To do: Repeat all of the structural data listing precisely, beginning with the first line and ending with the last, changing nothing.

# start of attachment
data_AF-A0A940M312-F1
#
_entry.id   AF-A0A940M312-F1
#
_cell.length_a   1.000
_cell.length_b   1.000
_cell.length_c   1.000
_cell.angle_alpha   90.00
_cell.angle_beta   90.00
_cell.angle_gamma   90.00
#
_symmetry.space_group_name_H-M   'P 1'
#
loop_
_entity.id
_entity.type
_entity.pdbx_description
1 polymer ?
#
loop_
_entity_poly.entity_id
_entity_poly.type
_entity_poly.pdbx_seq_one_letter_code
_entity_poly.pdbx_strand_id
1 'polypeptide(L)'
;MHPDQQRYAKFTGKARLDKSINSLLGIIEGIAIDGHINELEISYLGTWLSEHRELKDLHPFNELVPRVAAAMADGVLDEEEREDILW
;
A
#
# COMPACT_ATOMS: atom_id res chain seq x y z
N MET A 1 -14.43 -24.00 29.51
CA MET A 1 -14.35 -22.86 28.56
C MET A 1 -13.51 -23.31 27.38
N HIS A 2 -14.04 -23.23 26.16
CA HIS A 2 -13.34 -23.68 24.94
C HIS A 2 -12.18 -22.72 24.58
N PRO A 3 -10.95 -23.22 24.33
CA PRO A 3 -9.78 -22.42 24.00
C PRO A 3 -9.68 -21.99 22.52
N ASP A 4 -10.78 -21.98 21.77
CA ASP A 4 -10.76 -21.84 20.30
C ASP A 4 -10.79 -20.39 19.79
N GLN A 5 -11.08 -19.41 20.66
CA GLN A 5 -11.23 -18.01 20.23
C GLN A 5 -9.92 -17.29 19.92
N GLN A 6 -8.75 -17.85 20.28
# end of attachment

data_AF-A0A940M312-F1
#
_entry.id   AF-A0A940M312-F1
#
_cell.length_a   1.000
_cell.length_b   1.000
_cell.length_c   1.000
_cell.angle_alpha   90.00
_cell.angle_beta   90.00
_cell.angle_gamma   90.00
#
_symmetry.space_group_name_H-M   'P 1'
#
loop_
_entity.id
_entity.type
_entity.pdbx_description
1 polymer ?
#
loop_
_entity_poly.entity_id
_entity_poly.type
_entity_poly.pdbx_seq_one_letter_code
_entity_poly.pdbx_strand_id
1 'polypeptide(L)'
;MHPDQQRYAKFTGKARLDKSINSLLGIIEGIAIDGHINELEISYLGTWLSEHRELKDLHPFNELVPRVAAAMADGVLDEEEREDILW
;
A
#
# COMPACT_ATOMS: atom_id res chain seq x y z
N MET A 1 -14.43 -24.00 29.51
CA MET A 1 -14.35 -22.86 28.56
C MET A 1 -13.51 -23.31 27.38
N HIS A 2 -14.04 -23.23 26.16
CA HIS A 2 -13.34 -23.68 24.94
C HIS A 2 -12.18 -22.72 24.58
N PRO A 3 -10.95 -23.22 24.33
CA PRO A 3 -9.78 -22.42 24.00
C PRO A 3 -9.68 -21.99 22.52
N ASP A 4 -10.78 -21.98 21.77
CA ASP A 4 -10.76 -21.84 20.30
C ASP A 4 -10.79 -20.39 19.79
N GLN A 5 -11.08 -19.41 20.66
CA GLN A 5 -11.23 -18.01 20.23
C GLN A 5 -9.92 -17.29 19.92
N GLN A 6 -8.75 -17.85 20.28